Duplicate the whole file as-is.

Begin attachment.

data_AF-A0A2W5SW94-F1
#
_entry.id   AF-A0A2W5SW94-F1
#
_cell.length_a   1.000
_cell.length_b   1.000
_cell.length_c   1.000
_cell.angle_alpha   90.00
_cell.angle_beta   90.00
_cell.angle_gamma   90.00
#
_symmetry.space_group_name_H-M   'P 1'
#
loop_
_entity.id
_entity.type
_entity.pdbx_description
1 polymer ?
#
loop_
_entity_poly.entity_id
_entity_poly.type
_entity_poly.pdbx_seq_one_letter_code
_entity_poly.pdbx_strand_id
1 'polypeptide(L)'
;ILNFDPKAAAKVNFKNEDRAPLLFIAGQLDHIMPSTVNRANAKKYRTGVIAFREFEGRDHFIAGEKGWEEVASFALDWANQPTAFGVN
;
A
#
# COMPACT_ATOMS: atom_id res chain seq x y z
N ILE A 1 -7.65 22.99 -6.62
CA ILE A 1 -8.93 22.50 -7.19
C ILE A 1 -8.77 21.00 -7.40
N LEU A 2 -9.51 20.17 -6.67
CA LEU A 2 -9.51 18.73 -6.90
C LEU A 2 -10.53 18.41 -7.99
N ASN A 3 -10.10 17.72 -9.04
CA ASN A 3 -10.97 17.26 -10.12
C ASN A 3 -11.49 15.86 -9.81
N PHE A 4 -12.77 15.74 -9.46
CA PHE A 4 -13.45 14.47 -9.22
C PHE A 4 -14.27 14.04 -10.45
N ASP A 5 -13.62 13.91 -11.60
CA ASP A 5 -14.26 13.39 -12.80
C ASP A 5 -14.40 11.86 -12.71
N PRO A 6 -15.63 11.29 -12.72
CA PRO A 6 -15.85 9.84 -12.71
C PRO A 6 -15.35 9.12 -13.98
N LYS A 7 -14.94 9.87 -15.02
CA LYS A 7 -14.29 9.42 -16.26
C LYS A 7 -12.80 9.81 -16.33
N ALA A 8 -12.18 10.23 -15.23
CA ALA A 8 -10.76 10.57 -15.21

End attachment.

data_AF-A0A2W5SW94-F1
#
_entry.id   AF-A0A2W5SW94-F1
#
_cell.length_a   1.000
_cell.length_b   1.000
_cell.length_c   1.000
_cell.angle_alpha   90.00
_cell.angle_beta   90.00
_cell.angle_gamma   90.00
#
_symmetry.space_group_name_H-M   'P 1'
#
loop_
_entity.id
_entity.type
_entity.pdbx_description
1 polymer ?
#
loop_
_entity_poly.entity_id
_entity_poly.type
_entity_poly.pdbx_seq_one_letter_code
_entity_poly.pdbx_strand_id
1 'polypeptide(L)'
;ILNFDPKAAAKVNFKNEDRAPLLFIAGQLDHIMPSTVNRANAKKYRTGVIAFREFEGRDHFIAGEKGWEEVASFALDWANQPTAFGVN
;
A
#
# COMPACT_ATOMS: atom_id res chain seq x y z
N ILE A 1 -7.65 22.99 -6.62
CA ILE A 1 -8.93 22.50 -7.19
C ILE A 1 -8.77 21.00 -7.40
N LEU A 2 -9.51 20.17 -6.67
CA LEU A 2 -9.51 18.73 -6.90
C LEU A 2 -10.53 18.41 -7.99
N ASN A 3 -10.10 17.72 -9.04
CA ASN A 3 -10.97 17.26 -10.12
C ASN A 3 -11.49 15.86 -9.81
N PHE A 4 -12.77 15.74 -9.46
CA PHE A 4 -13.45 14.47 -9.22
C PHE A 4 -14.27 14.04 -10.45
N ASP A 5 -13.62 13.91 -11.60
CA ASP A 5 -14.26 13.39 -12.80
C ASP A 5 -14.40 11.86 -12.71
N PRO A 6 -15.63 11.29 -12.72
CA PRO A 6 -15.85 9.84 -12.71
C PRO A 6 -15.35 9.12 -13.98
N LYS A 7 -14.94 9.87 -15.02
CA LYS A 7 -14.29 9.42 -16.26
C LYS A 7 -12.80 9.81 -16.33
N ALA A 8 -12.18 10.23 -15.23
CA ALA A 8 -10.76 10.57 -15.21